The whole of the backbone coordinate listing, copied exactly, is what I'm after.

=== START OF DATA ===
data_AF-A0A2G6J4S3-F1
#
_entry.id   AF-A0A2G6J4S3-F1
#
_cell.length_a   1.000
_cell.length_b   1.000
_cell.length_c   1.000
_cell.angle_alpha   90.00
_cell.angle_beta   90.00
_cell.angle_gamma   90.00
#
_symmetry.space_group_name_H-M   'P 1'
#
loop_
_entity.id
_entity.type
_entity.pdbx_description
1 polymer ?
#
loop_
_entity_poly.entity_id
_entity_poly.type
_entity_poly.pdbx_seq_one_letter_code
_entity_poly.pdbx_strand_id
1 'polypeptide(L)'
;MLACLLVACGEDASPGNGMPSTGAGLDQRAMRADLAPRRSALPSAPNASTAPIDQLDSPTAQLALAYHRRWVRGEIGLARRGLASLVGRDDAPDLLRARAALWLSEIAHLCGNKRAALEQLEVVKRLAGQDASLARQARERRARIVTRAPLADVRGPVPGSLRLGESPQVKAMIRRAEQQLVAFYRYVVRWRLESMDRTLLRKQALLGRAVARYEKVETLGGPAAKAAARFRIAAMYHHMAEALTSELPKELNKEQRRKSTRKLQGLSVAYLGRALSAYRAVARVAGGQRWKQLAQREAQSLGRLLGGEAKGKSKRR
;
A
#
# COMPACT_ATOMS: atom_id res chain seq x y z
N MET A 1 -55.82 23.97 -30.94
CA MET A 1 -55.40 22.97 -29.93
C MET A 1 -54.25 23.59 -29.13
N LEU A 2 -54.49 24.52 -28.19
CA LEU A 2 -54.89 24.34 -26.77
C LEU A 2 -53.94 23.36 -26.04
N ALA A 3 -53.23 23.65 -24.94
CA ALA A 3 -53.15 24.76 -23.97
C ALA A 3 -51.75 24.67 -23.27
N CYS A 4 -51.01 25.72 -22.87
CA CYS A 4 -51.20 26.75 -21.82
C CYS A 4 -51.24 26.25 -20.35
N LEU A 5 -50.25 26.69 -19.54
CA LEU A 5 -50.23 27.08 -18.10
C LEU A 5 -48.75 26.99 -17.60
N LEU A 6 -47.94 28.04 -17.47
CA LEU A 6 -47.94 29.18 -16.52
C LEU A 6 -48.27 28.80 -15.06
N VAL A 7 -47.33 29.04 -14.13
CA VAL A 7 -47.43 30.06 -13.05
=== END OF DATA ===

data_AF-A0A2G6J4S3-F1
#
_entry.id   AF-A0A2G6J4S3-F1
#
_cell.length_a   1.000
_cell.length_b   1.000
_cell.length_c   1.000
_cell.angle_alpha   90.00
_cell.angle_beta   90.00
_cell.angle_gamma   90.00
#
_symmetry.space_group_name_H-M   'P 1'
#
loop_
_entity.id
_entity.type
_entity.pdbx_description
1 polymer ?
#
loop_
_entity_poly.entity_id
_entity_poly.type
_entity_poly.pdbx_seq_one_letter_code
_entity_poly.pdbx_strand_id
1 'polypeptide(L)'
;MLACLLVACGEDASPGNGMPSTGAGLDQRAMRADLAPRRSALPSAPNASTAPIDQLDSPTAQLALAYHRRWVRGEIGLARRGLASLVGRDDAPDLLRARAALWLSEIAHLCGNKRAALEQLEVVKRLAGQDASLARQARERRARIVTRAPLADVRGPVPGSLRLGESPQVKAMIRRAEQQLVAFYRYVVRWRLESMDRTLLRKQALLGRAVARYEKVETLGGPAAKAAARFRIAAMYHHMAEALTSELPKELNKEQRRKSTRKLQGLSVAYLGRALSAYRAVARVAGGQRWKQLAQREAQSLGRLLGGEAKGKSKRR
;
A
#
# COMPACT_ATOMS: atom_id res chain seq x y z
N MET A 1 -55.82 23.97 -30.94
CA MET A 1 -55.40 22.97 -29.93
C MET A 1 -54.25 23.59 -29.13
N LEU A 2 -54.49 24.52 -28.19
CA LEU A 2 -54.89 24.34 -26.77
C LEU A 2 -53.94 23.36 -26.04
N ALA A 3 -53.23 23.65 -24.94
CA ALA A 3 -53.15 24.76 -23.97
C ALA A 3 -51.75 24.67 -23.27
N CYS A 4 -51.01 25.72 -22.87
CA CYS A 4 -51.20 26.75 -21.82
C CYS A 4 -51.24 26.25 -20.35
N LEU A 5 -50.25 26.69 -19.54
CA LEU A 5 -50.23 27.08 -18.10
C LEU A 5 -48.75 26.99 -17.60
N LEU A 6 -47.94 28.04 -17.47
CA LEU A 6 -47.94 29.18 -16.52
C LEU A 6 -48.27 28.80 -15.06
N VAL A 7 -47.33 29.04 -14.13
CA VAL A 7 -47.43 30.06 -13.05